These projects fall under the wider management of the ONDS (the National Observatory of Solidarity in the Italian railway stations). Alessandro Radicchi, President of Europe Consulting and director of ONDS told me that “ONDS follows a different logic than the one adopted for the social re-use of unattended stations.” Unlike the average five years of lease given to associations in unattended stations, the Help Centre has a loan for use of six to nine years on average.
Help Centres offer different types of services depending on the preliminary assessment of the neighbourhood’s needs, but the intention is always to address social marginalization in the railway areas. They take on cases of people in need and either redirect them to the local social assistance network or assist them directly, offering them services like laundry, free meals and so on.
Washing machines in one of the centres. Photo: ONDS
“Our services cater to extreme marginalised people who show up at our counters in Italy’s major train stations. Help Centres are bodies that deal with people who do not have a home or who live in situations of extreme poverty”, Radicchi said.
The station is a good place for a person who has nothing and is in search of human relationships. “There are shops where you can get a coffee or a sandwich and bathrooms that can be accessed using someone else’s receipt found on the ground”.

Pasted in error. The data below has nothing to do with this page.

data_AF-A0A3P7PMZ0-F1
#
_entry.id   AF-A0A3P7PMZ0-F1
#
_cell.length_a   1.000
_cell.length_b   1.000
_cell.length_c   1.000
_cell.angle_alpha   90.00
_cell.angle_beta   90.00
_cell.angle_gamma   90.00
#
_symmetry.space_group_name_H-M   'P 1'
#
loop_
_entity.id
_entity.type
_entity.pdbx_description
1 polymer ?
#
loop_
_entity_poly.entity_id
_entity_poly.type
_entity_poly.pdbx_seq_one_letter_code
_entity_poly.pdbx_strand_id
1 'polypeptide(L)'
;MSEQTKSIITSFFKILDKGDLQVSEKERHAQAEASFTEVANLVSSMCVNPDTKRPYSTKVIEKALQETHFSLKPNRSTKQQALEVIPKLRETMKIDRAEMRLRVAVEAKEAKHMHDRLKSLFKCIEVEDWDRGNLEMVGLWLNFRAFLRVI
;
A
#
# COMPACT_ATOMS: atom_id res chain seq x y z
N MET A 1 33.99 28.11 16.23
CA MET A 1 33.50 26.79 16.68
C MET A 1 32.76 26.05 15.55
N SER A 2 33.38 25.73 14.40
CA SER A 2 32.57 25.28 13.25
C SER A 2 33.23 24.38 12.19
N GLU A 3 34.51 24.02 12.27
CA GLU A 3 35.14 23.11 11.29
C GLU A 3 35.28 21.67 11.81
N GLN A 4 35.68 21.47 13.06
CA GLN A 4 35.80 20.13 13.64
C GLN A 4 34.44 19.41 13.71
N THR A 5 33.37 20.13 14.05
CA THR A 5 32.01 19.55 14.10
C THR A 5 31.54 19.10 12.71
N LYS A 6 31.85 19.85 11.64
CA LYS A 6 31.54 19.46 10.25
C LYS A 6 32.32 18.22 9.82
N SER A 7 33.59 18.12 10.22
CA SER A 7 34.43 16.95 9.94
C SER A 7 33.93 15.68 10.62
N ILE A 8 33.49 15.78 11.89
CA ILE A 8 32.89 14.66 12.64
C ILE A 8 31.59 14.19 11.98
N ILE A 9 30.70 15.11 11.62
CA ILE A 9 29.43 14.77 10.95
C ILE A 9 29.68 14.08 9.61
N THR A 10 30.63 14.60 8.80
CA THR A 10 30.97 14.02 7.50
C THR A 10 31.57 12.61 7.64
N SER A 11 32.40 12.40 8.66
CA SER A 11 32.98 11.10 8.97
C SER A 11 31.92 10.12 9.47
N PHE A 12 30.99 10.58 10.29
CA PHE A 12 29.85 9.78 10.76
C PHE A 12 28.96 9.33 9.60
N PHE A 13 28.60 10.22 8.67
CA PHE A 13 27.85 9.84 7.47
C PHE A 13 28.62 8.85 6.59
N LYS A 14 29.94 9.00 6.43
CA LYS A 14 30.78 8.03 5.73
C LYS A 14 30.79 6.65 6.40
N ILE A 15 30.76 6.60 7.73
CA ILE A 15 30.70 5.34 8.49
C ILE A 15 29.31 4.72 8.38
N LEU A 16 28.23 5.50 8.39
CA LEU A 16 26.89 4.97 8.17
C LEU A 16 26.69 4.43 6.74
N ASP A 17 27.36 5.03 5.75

As Radicchi explained, in attended stations the RFI generally grants spaces that are poorly used and so tend not to have a major commercial impact.
Non-EU citizens account for a great extent of their beneficiaries. “Of the 22-25,000 people a year who show up at the counters of the entire network, less than a quarter are Italian, while 10 percent come from EU countries and about 65 percent are non-EU citizens” he clarified.
As part of the migration movement in Italy, Help Centres intercept a different type of poverty than the one that can be found in the reception centres. “Transit poverty, mainly migrant, mostly young; in 2019 alone, young adults between 18 and 29 years old made up 28 percent of the beneficiaries – and they are the most represented group” Radicchi explained. “These percentages cannot be found in the reception centres, where on average you find people from 60 to 75 years of age.”
In Italy, where many cities face space problems due to public mismanagement and the wearisome touristification of urban spaces, giving new life to disused public buildings by devoting them to social projects could restore the broken social fabric while easing the hardship of pressing social issues. The network of associations thriving in RFI property is growing, but the model has yet to exhaust its potential. As of today, less than a quarter of the 1,700 available unattended railway stations has been used; as the majority lingers empty, the great social impact of these places remains to be leveraged.
Sofia Cherici is a freelance multimedia journalist and reporter. Originally from Italy, she studied at Sciences Po in Paris, France, and worked in Libya, Tunisia, and Turkey. She is specialised in social policy and social justice in Europe and the Middle East and North Africa region.